Using Python Make A Keylogger In Linux!

In this era of technology, it is needless to say that one out of every 5 people is an easy target for malware attack. One of them is a keylogger. These malware attacks are potentially deadly as they tend to control various sections of a system of the target. Hackers or intruders use this software to breach into your personal data. That includes the username and the passwords you use to log into your social media account or other sites. 

If you want to make your virtual environment safer and secured then find out how to make a  keylogger for linux below!

What Exactly Is A Keylogger?

Keyloggers are known to function on the system of a person who’s a target. This means that the operation is predetermined by the intruder and it is not random. The program is built in such a way that it lets you access the network usage of the person that is the target. 

For example, business or families, using a keylogger could possibly keep a track of all the activities that their children or the entire business firm does.

Microsoft has mentioned that the Windows 10 operating system consists of an inbuilt function of keyloggers. But, here’s the drawback of it. Intruders have the ability to get a duplicate of the keylogger. With the help of this keylogger, intruders can use the keystrokes to their disadvantage. 

How To Make A Keylogger Using Python In Linux?

In this section, you will find relevant contents on how to make a keylogger for linux. The reason why Linux is more preferrable for making a keylogger is that for every keyboard, the input is not the same. Hence take a look at how to make a  keylogger for linux using python.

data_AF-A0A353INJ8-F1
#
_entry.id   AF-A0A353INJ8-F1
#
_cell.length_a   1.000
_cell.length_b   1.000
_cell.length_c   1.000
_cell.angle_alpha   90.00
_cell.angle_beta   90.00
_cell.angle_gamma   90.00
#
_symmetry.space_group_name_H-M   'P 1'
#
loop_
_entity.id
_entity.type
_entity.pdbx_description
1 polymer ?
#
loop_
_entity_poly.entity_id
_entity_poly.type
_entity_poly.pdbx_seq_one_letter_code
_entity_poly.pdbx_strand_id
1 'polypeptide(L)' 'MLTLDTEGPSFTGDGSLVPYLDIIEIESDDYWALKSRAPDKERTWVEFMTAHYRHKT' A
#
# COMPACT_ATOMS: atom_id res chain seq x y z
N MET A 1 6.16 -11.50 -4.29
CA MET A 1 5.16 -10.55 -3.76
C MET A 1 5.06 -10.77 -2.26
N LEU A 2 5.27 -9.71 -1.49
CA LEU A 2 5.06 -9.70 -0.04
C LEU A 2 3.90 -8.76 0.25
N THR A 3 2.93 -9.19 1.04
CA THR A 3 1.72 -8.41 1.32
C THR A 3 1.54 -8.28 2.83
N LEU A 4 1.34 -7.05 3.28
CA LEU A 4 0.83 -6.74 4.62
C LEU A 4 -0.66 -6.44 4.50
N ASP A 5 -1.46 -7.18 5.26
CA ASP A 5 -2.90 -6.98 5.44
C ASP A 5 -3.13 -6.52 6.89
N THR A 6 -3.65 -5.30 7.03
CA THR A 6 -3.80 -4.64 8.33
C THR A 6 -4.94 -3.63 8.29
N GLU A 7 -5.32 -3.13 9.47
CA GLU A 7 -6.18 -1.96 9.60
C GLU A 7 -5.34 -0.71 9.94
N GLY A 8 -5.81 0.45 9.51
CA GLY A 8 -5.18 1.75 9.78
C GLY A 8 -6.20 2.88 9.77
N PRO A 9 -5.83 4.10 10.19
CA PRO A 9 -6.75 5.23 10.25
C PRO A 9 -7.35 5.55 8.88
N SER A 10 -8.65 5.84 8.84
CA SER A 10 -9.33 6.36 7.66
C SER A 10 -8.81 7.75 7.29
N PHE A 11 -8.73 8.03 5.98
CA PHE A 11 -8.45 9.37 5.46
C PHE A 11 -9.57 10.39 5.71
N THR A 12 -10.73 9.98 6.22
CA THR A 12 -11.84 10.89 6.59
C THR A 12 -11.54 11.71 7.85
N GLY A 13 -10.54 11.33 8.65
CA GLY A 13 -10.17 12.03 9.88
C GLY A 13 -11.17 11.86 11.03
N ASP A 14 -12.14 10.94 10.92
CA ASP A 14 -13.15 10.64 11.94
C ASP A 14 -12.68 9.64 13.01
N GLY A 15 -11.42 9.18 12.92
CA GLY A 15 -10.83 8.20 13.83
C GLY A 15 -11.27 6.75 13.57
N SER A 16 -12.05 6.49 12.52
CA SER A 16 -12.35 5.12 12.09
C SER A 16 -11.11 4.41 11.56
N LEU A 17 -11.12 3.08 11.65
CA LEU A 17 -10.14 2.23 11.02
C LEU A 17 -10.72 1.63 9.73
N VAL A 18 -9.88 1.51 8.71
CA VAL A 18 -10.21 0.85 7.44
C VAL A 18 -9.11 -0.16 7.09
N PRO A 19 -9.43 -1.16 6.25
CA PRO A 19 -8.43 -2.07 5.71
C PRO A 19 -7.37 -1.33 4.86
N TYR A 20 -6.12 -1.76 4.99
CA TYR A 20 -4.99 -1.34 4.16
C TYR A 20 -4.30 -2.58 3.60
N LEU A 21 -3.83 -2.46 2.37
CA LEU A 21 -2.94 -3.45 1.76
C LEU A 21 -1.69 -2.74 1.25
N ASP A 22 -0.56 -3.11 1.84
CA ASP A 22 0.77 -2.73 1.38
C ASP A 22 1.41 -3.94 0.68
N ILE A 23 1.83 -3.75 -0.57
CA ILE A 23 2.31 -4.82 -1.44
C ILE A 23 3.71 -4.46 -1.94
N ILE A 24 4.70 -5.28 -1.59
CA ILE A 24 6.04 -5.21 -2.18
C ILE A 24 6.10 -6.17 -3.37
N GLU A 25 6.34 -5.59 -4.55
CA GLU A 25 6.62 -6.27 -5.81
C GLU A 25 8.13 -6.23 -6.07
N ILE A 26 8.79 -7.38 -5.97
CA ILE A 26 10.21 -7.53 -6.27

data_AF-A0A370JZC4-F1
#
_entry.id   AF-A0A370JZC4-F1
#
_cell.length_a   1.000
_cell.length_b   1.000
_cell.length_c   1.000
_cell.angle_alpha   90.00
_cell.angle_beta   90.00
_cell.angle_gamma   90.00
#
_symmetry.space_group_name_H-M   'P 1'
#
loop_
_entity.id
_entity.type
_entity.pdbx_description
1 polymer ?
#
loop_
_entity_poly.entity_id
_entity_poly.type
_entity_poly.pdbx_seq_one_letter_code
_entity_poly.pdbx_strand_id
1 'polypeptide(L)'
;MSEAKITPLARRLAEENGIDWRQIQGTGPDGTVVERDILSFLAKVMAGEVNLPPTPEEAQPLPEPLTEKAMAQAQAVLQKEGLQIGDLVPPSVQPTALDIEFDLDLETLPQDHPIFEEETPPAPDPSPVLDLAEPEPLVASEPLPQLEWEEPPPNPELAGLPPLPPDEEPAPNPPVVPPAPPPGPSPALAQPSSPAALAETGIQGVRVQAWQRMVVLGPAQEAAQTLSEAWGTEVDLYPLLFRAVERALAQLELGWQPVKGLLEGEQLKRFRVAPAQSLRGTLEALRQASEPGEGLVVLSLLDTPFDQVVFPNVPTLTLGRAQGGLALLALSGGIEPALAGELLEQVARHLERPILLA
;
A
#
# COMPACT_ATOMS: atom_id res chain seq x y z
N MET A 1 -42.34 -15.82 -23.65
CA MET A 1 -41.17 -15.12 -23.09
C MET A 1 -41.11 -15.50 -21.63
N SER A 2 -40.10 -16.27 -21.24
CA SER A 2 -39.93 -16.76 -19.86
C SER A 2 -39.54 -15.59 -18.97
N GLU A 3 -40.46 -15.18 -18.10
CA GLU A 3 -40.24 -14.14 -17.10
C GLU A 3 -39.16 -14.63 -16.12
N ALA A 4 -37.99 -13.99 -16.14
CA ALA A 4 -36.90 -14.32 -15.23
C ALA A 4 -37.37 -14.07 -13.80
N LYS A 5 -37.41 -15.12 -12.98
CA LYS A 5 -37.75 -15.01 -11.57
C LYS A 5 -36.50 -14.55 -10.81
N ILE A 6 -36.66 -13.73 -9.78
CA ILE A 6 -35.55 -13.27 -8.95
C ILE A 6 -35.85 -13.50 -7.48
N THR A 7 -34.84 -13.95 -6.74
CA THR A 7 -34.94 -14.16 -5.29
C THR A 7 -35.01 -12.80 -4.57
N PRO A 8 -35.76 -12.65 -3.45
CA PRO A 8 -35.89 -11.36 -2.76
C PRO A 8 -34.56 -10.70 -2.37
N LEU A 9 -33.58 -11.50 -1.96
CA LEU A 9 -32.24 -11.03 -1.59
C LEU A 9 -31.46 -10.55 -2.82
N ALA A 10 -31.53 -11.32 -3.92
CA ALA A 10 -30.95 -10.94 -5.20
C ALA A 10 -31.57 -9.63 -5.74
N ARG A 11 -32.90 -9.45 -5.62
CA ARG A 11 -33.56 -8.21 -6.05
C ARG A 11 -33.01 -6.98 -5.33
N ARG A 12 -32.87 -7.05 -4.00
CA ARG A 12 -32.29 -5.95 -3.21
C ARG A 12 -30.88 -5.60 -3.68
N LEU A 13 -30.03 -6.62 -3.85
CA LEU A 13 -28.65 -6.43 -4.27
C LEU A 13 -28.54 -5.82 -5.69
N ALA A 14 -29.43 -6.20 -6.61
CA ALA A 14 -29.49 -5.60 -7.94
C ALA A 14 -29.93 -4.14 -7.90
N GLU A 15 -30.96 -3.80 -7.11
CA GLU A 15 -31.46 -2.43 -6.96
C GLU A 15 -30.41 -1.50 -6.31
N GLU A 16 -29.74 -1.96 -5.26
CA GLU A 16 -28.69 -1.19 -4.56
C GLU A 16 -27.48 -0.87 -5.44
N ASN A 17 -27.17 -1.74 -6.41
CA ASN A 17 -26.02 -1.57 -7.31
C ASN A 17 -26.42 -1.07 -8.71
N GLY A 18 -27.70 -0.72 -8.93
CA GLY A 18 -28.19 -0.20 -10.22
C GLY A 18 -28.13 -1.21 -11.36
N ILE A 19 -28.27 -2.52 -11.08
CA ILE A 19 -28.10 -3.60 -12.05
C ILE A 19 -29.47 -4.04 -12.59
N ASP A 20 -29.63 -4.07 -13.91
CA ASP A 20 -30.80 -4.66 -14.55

Everything is all about the file in the Linux machine. The first you need to do is visit the “dev/input” as because this folder holds relative contents and functions if keyboard as ell as the mouse. 

If you use the “ls-la” command, you will be able to retrieve data that is in this particular folder. This way you can get to know what all contents are there in the folder. 

Now the problem that would arise is that you will be confused. There are many files within the folder. How to be precise about it? Since the main goal is to record the pattern of keystroking, it is suggestive that whatever is not an “eventX” shall be removed. Even then, the contents are quite a lot, by a long margin. 

In that case, what you need to do is, go to “/proc/bus/input/devices:” this specific command tells you about the devices that are currently connected to the system. Doing so, you will be able to get the keyboard as a result.

How To Know Whether It’s The Right Keyboard Or Not?

To get the accuracy right, all you need to do is follow the command “B:EV=*”. This command tells you about the list of all the events that have been sent. 

Keep in mind that no matter what kind of a system you are using, for keyboard events, the value will always be EV=120013.

Implementation Of keylogger In Linux Using Python

Now that you have an idea of the event, you can proceed to find the keyboard in the following way:

Get The Keyboard 

In this section, you will find codes and commands that you can implement:

With open(“/proc/bus/input/devices”) as f:



handlers=list(filter(, lines))


For idx, elt in enumerate(handlers):





If you are confused about the lines then don’t worry. Finding the “Handlers” is for finding the event ID. Whereas, EV lines are meant to find event types that are available in the system. 

This code will run and look for the event EC-120013 after this. In results, you may not find anything that intriguing? Why? Because the result will look something like this!


It does look simple and empty. Well, it isn’t. Here, “Event6” holds the functions of the keyboard. 

Reading The Even*